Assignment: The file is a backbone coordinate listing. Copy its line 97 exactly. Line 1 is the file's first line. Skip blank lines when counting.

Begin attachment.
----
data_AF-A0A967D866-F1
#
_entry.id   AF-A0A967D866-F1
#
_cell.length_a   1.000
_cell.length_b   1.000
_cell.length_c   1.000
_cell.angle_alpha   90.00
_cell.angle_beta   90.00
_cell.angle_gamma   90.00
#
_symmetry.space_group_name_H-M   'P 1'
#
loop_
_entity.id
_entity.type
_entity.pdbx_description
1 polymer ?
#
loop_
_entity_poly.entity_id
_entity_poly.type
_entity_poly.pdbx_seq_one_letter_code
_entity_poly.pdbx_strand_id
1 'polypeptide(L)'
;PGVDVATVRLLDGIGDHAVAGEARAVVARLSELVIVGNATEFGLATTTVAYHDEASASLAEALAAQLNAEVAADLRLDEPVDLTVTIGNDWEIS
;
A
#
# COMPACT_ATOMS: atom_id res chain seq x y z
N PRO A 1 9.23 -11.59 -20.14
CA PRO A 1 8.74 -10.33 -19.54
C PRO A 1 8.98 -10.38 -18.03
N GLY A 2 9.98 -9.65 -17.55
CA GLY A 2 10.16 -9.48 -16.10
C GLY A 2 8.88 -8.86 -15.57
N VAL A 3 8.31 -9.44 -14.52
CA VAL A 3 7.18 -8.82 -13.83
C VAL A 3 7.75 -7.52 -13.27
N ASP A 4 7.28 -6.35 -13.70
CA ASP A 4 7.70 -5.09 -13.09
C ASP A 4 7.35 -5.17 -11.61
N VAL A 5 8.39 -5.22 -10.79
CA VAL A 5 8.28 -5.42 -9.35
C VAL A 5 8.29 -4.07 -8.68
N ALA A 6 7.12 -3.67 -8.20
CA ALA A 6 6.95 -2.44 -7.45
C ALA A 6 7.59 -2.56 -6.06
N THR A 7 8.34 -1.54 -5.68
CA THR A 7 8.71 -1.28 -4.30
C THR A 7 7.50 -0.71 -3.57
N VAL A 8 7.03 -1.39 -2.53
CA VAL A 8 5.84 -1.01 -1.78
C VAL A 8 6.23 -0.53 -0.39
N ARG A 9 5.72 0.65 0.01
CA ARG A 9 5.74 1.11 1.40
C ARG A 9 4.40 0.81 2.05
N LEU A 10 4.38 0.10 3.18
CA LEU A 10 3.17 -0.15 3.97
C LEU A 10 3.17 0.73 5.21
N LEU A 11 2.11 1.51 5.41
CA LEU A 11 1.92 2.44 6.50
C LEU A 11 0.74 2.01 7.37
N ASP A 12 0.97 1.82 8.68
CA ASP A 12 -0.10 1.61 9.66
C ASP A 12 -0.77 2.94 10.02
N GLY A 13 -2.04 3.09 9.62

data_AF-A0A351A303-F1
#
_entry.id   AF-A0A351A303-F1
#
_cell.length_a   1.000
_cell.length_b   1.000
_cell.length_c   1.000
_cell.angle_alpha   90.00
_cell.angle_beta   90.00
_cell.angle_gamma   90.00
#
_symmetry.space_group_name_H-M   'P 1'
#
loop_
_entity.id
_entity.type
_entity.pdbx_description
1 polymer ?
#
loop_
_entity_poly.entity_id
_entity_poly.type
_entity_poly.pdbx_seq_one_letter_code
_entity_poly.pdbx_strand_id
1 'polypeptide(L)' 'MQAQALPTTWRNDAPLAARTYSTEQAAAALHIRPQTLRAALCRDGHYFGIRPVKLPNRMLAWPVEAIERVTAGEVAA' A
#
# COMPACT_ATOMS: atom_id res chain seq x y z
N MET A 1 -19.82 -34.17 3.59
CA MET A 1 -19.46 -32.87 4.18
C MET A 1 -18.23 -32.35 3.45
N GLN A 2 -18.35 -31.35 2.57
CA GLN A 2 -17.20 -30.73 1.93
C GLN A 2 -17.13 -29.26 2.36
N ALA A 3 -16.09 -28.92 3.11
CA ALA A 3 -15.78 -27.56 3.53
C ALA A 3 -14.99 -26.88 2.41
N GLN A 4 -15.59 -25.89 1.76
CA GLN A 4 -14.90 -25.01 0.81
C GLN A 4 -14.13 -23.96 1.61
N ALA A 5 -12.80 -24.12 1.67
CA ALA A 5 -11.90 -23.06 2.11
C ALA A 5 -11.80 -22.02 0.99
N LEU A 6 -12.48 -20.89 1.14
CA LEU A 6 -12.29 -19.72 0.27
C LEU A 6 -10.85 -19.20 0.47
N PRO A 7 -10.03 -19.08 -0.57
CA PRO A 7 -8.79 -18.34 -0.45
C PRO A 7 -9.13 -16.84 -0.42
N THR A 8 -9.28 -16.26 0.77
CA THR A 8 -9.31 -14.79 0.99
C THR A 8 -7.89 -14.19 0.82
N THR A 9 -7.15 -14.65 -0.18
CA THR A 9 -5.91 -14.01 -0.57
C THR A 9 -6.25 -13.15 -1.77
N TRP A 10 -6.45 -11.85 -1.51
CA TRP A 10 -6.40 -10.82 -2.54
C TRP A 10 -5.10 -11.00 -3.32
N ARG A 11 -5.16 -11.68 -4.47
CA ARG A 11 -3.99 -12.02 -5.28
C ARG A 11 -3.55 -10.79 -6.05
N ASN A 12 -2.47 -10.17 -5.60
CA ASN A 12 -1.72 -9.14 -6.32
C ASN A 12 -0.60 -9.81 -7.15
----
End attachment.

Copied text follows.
C MET A 1 -18.23 -32.35 3.45